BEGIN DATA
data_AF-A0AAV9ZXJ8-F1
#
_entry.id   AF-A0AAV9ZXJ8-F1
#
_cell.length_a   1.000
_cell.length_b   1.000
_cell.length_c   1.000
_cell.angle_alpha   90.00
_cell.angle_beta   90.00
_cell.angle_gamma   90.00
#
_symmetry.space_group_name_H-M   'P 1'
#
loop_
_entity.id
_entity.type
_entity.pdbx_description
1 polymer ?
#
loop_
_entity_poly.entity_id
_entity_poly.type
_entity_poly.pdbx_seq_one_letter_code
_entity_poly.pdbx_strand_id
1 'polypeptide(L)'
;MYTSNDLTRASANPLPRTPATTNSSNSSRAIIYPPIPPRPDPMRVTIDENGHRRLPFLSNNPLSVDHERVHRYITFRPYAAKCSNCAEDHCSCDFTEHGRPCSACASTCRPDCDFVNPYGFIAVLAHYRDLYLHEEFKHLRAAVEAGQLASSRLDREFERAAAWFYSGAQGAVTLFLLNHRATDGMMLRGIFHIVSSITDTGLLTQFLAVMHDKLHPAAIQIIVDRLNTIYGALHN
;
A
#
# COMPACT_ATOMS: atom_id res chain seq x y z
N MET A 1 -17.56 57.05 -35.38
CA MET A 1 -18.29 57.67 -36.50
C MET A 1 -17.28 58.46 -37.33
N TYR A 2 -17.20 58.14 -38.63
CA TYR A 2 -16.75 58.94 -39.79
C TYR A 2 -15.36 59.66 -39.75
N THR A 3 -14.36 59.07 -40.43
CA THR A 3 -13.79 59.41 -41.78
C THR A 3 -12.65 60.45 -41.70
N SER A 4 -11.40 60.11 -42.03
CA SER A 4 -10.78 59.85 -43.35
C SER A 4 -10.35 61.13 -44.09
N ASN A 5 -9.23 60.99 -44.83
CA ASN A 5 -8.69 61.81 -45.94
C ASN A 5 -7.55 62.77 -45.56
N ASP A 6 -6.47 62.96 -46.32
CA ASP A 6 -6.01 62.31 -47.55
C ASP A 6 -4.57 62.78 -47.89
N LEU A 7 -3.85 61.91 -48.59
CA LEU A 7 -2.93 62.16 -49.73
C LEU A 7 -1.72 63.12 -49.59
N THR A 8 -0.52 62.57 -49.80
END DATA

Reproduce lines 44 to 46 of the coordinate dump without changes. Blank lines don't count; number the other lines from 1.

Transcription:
CA ASN A 5 -8.69 61.81 -45.94
C ASN A 5 -7.55 62.77 -45.56
N ASP A 6 -6.47 62.96 -46.32